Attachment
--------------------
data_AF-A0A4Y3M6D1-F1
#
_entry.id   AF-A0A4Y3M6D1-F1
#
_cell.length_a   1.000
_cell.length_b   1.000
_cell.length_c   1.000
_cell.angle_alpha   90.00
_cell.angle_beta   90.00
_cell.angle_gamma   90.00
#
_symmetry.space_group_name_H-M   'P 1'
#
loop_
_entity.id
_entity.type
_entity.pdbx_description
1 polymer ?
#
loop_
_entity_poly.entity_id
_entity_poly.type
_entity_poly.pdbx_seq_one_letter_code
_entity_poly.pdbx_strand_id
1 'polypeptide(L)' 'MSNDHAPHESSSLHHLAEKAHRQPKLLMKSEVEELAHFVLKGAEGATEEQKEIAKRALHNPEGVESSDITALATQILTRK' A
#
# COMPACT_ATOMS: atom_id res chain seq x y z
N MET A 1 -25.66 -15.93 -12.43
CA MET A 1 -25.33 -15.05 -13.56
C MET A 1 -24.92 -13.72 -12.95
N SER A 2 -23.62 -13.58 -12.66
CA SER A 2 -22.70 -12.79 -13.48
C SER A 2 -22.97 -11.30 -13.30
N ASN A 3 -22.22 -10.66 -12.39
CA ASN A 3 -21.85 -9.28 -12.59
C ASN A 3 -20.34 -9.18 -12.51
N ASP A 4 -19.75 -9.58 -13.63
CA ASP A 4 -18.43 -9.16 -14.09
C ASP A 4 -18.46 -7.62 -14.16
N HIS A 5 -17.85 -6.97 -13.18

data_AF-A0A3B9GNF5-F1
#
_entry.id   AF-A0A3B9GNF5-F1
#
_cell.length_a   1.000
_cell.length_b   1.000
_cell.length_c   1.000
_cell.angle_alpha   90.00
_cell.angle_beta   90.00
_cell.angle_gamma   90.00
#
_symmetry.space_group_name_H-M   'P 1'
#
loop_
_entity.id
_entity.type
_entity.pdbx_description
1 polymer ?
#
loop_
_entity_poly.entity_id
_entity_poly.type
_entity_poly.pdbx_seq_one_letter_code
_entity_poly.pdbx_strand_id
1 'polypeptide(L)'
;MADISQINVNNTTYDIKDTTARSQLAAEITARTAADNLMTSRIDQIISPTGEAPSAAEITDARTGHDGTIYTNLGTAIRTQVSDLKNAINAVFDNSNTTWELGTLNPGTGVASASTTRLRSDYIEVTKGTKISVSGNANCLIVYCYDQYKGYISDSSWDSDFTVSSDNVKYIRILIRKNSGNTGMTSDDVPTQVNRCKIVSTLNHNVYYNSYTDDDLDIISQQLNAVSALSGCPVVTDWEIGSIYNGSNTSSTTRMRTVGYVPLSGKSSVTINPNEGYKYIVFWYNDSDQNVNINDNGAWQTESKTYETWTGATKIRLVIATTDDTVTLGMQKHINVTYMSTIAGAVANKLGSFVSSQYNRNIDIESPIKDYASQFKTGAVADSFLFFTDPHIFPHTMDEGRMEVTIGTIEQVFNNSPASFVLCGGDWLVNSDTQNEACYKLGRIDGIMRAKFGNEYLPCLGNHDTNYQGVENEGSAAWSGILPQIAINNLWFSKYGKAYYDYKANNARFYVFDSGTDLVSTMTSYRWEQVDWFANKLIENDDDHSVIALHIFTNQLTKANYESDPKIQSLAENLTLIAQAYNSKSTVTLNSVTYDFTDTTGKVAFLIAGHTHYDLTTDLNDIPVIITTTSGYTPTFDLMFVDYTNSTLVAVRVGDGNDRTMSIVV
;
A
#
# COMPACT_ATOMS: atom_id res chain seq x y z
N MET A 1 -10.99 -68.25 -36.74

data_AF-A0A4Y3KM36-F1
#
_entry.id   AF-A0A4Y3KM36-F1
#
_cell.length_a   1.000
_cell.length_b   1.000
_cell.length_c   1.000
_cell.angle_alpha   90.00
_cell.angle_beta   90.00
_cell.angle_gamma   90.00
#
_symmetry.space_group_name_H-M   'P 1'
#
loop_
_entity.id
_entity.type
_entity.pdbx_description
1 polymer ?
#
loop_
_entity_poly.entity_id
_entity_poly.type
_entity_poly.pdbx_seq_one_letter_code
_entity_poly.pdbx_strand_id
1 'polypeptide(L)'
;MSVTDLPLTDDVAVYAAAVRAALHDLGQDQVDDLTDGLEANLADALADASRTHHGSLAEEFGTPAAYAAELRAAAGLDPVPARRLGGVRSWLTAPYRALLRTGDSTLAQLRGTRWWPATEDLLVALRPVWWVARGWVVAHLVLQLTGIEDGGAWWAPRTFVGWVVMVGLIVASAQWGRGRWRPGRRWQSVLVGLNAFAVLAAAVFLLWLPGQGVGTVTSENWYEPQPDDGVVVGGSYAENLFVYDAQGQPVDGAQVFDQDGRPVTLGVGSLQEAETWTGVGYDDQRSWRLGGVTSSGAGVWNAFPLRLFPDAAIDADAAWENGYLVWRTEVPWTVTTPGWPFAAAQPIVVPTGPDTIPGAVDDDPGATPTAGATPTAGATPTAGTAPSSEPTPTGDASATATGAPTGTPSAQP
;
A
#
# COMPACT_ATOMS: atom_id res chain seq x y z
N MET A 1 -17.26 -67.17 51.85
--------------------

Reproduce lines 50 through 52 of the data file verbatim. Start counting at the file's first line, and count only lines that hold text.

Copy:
_cell.angle_gamma   90.00
#
_symmetry.space_group_name_H-M   'P 1'